The state border between Arizona and California was originally set by the once-meandering Colorado River. The Army Corps of Engineers straightened the river, then Federal and State Governments set a fixed boundary in 1963. But the states did not relinquish claims to the lands along now-dry river beds.
In 2002, the governors of Arizona and California signed laws to give up claims outside their official state boundaries. The land is near Yuma, Arizona about 20 miles north of the U.S. - Mexico border. California assumed authority of over 6 square miles on its side of the official boundary. This land is on Arizona's side of the old river. In exchange, California gave up claims to 11 square miles on Arizona's side of the official line. The actual exchange of the land would take several years, because the land had to be assessed and surveyed.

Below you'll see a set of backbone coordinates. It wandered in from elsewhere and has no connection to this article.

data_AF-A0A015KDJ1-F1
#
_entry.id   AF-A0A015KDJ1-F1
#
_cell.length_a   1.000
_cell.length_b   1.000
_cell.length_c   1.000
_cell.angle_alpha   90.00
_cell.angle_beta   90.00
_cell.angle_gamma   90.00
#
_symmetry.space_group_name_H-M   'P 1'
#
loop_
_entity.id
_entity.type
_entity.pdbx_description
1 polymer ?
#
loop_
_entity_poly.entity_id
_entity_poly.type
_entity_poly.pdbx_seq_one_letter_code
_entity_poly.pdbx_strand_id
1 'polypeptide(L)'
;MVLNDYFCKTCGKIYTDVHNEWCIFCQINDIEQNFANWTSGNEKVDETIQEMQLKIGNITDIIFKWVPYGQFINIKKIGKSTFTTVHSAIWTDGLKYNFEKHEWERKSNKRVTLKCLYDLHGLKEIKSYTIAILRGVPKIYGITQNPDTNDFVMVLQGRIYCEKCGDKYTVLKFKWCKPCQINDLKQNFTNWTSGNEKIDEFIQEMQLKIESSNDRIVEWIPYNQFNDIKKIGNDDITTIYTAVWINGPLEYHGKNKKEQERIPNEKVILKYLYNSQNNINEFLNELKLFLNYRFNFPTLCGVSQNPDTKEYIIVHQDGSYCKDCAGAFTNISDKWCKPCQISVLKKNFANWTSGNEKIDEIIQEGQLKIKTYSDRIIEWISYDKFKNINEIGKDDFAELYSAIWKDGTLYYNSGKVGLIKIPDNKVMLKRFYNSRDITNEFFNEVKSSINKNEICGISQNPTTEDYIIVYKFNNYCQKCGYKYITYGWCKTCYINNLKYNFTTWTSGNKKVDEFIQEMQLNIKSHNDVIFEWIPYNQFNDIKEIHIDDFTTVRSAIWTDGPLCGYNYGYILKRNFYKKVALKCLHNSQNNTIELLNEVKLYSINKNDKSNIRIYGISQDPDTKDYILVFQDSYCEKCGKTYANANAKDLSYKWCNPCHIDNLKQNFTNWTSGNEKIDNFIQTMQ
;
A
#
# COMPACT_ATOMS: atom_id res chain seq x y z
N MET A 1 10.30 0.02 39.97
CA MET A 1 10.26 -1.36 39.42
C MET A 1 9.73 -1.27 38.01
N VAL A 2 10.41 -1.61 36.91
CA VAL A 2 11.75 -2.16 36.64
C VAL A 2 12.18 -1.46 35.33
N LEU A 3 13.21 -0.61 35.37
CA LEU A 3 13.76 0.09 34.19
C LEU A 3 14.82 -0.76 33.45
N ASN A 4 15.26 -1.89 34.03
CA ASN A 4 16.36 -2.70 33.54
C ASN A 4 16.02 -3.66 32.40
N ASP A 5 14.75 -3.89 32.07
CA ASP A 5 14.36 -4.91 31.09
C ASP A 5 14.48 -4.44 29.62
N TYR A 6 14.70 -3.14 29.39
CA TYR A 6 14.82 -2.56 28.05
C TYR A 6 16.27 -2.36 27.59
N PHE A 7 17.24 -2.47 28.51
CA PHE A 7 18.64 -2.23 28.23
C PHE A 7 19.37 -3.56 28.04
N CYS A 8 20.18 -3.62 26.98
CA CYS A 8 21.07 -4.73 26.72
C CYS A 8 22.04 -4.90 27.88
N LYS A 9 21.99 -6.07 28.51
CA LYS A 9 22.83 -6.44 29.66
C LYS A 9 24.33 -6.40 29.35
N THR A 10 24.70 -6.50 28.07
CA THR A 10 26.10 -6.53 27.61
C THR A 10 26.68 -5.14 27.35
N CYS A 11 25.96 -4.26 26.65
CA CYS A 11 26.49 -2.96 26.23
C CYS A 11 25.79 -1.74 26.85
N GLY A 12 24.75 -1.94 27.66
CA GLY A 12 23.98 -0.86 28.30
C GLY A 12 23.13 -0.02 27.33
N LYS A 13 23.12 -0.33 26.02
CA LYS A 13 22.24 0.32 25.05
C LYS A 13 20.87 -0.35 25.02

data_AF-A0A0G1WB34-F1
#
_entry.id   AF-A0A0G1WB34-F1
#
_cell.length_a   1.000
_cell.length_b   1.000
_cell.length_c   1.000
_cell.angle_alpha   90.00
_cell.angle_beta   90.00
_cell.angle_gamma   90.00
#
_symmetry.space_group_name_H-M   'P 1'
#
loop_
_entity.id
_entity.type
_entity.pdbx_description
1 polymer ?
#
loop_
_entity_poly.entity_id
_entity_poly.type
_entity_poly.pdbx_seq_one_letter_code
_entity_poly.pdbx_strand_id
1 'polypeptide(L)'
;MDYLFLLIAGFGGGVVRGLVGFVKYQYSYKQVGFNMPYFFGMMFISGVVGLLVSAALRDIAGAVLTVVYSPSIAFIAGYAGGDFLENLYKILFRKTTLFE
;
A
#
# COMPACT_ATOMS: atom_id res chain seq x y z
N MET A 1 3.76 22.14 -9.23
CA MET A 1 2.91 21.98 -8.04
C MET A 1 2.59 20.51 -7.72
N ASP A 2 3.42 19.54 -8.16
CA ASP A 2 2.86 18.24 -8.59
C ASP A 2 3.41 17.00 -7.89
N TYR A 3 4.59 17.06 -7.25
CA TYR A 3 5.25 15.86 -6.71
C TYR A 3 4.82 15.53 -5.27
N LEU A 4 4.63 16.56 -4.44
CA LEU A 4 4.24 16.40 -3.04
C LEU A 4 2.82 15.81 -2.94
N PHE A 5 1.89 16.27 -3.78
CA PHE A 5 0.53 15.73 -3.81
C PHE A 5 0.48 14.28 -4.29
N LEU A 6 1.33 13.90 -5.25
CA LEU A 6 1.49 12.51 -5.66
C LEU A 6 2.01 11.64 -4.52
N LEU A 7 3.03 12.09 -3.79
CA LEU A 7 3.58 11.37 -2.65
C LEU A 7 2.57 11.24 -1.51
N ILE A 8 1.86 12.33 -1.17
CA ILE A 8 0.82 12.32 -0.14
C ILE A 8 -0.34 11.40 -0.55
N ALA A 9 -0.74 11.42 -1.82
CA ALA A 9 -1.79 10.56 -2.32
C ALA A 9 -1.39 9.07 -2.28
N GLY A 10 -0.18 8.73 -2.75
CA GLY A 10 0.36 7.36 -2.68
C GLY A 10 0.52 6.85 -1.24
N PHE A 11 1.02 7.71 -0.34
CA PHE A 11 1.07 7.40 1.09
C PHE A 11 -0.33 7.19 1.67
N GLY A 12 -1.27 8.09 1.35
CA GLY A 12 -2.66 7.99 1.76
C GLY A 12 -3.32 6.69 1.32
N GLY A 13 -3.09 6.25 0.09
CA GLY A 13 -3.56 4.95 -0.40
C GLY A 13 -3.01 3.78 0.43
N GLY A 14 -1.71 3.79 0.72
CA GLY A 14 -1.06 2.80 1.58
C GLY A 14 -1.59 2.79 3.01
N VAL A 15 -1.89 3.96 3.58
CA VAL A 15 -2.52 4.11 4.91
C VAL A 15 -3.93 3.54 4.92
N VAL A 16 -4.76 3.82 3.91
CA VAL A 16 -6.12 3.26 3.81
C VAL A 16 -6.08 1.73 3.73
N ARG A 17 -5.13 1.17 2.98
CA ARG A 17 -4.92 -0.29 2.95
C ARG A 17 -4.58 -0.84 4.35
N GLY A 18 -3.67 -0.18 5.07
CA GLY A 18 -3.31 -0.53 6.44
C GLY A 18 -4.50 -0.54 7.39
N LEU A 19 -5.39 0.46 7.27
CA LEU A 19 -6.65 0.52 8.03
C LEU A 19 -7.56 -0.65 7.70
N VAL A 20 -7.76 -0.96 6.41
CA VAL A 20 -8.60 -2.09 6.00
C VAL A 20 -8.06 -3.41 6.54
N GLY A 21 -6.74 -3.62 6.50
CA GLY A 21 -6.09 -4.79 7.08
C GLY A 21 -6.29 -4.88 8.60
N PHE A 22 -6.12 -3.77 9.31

"Swap to end decades-old Arizona-California dispute." Tucson Citizen. 19 September 2002. Page 1.
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